By STEVE DOLLAR
‘Fake It So Real’
reRun Gastropub Theater
147 Front St., Brooklyn, (718) 766-9110
Robert Greene chalks up a lot to the wisdom of uncertainty. The filmmaker, who is based in Beacon, N.Y., is creating his own niche with intensely personal documentaries shot so fearlessly on the fly—within specifically limited, and likely sleepless, time frames—that they seem like minor miracles. Then again, he seems to have an innate sense for character-driven narrative and the apparent deep trust of his subjects.
As with “Kati with an i,” his 2010 Gotham Award-nominated film that followed his half-sister on her high-school graduation weekend, his new film is set in the deep South and features a relative as one of its main subjects. He goes by the name Chris Solar, and like his cohorts in the film, he’s an aspiring professional wrestler. The consequences of a birth defect robbed him of a belly button, which leaves him even more reason to kick butt.
Superstars in their own area code, the members of the Millennium Wrestling Federation of Lincolnton, N.C., may play cartoonish heroes and villains inside the ring, but their real-life ambitions are no joke. “Fake It So Real” captures a week in the life of this rough-and-tumble fraternity of small-town head crushers, allowing generous elbow room for sometimes ridiculous, sometimes heart-tugging swerves of eccentricity as individual struggles are subsumed by the communal glory of the big match. Mr. Greene, himself a wrestling enthusiast, establishes a jocular yet intimate rapport that reveals the passion and contradictions binding this disparate group of working-class men together.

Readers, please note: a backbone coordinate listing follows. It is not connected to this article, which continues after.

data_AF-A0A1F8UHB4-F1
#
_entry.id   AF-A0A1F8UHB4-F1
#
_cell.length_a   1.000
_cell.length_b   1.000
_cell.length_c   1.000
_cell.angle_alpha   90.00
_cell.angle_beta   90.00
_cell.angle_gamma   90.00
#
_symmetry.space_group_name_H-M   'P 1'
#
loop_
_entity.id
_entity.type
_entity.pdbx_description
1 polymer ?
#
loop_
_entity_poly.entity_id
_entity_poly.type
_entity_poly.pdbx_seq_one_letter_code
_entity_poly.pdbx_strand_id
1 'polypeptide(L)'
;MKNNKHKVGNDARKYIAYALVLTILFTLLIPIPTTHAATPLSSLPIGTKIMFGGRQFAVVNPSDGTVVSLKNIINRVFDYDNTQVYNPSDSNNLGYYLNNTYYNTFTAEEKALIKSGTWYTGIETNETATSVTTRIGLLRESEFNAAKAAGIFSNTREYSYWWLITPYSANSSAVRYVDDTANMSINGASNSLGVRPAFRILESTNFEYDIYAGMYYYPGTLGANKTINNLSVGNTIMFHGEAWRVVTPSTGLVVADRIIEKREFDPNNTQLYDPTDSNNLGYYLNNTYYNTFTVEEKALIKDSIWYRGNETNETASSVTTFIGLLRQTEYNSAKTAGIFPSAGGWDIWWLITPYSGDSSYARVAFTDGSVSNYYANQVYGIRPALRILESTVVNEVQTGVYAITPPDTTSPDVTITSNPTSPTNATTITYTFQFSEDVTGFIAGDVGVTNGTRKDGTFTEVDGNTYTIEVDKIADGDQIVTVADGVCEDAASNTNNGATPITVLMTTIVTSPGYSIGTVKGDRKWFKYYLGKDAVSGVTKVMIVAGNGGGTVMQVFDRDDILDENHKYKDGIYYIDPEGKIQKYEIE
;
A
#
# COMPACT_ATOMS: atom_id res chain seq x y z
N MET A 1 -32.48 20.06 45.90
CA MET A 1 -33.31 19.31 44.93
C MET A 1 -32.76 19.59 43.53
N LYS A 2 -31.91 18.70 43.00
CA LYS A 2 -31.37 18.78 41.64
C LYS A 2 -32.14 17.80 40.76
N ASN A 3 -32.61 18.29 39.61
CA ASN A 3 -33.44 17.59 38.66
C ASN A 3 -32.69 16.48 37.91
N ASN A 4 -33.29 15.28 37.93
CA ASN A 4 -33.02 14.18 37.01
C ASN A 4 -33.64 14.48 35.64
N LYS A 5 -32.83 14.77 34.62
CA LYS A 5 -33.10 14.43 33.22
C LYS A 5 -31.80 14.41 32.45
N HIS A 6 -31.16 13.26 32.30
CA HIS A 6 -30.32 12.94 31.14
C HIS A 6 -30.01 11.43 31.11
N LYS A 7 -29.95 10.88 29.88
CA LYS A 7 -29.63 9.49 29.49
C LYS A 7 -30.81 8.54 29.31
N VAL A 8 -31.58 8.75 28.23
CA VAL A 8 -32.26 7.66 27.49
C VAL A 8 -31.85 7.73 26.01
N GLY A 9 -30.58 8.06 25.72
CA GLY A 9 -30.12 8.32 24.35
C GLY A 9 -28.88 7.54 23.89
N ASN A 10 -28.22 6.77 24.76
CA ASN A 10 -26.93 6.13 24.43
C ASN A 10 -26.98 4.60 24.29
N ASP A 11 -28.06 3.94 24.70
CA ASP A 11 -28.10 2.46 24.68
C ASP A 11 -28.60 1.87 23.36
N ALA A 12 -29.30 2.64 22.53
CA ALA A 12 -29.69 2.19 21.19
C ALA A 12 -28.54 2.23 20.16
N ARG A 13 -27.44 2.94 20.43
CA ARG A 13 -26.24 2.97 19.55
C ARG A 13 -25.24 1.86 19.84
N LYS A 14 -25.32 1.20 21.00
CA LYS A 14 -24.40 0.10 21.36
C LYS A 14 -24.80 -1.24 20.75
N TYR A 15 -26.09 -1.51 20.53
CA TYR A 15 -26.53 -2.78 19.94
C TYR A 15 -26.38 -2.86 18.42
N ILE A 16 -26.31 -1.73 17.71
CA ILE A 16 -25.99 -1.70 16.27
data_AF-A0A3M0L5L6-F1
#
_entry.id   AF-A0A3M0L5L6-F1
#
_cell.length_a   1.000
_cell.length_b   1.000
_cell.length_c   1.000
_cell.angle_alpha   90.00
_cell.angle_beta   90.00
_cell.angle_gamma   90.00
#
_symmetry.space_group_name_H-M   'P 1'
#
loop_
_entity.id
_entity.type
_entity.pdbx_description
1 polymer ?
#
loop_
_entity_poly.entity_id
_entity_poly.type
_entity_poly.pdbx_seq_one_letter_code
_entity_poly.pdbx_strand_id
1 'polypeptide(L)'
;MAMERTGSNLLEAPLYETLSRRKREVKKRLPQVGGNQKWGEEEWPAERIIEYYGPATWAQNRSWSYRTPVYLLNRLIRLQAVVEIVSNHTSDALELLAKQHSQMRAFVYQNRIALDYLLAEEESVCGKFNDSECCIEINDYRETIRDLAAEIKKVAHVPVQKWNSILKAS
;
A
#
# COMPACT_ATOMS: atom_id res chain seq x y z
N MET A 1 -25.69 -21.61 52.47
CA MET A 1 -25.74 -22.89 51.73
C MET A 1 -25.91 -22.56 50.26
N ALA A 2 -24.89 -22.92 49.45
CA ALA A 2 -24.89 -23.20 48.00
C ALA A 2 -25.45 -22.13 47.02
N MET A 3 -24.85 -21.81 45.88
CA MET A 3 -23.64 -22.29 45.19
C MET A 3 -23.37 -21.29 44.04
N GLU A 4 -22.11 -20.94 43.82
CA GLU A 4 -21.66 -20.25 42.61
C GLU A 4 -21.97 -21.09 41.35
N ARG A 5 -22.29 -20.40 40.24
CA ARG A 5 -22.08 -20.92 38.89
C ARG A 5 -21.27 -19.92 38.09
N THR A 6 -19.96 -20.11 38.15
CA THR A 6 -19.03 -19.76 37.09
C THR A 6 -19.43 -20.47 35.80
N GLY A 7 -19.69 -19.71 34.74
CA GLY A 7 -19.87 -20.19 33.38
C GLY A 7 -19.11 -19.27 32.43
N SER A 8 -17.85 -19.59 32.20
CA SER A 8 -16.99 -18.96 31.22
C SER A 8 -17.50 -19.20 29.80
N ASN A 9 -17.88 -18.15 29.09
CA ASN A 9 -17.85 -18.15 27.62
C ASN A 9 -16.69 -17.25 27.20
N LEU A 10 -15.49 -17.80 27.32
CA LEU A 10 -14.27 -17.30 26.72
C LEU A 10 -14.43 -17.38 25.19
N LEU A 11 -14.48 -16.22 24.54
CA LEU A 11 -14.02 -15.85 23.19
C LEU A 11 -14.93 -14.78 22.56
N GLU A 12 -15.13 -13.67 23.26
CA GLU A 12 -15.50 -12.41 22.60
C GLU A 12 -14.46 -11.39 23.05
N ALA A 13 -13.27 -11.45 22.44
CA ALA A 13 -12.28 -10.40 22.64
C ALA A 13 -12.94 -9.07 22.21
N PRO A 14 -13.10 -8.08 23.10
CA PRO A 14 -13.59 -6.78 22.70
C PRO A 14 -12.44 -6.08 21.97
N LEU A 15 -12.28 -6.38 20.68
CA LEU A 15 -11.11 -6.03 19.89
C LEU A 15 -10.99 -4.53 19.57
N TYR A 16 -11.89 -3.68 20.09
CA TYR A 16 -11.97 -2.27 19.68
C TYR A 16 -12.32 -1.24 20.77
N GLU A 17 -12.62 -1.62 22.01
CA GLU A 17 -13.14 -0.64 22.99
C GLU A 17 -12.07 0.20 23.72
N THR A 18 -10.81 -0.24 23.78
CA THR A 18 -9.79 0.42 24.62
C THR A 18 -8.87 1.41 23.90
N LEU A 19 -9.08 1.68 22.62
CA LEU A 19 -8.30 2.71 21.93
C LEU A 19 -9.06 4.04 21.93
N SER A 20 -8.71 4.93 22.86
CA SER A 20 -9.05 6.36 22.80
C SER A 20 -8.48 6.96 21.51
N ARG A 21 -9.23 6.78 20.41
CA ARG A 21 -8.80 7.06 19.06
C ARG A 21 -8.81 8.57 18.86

Everyone has his reasons for chasing his peculiarly punishing dream, whether it’s the crew’s naive rookie, Gabriel (“GAYbriel”) Croft, who copes with some deeply seated emotional problems; or the chubby J-Prep, whose outsized posterior becomes part of his schtick when he enters the ring to the thump of Sir Mix-a-Lot’s “Baby Got Back.”
Shot with the nimble-jointed cinematographer Sean Price Williams, the film resonates with the jarring physicality of face chops and body slams. It even inspired a number of Mr. Greene’s indie-film peers to channel their inner Hulk Hogan and make their own pro-wrestling-style boasts on a series of promotional clips (watch them at vimeo.com/album/1793798). Along with Mr. Greene, some of them will be on hand for the film’s premiere Friday, and mayhem could well ensue.
Beyond its sheer entertainment value, which is nearly boundless, the deeper appeal of “Fake It” lies in getting these raucous big lugs to expose their vulnerabilities (amid issues of class, race, culture and masculine identity) without ever becoming canned anthropology or a joke at anyone’s expense. Sure, these guys live for the moment when they get to stomp someone’s head, but they wear their hearts on their sleeve.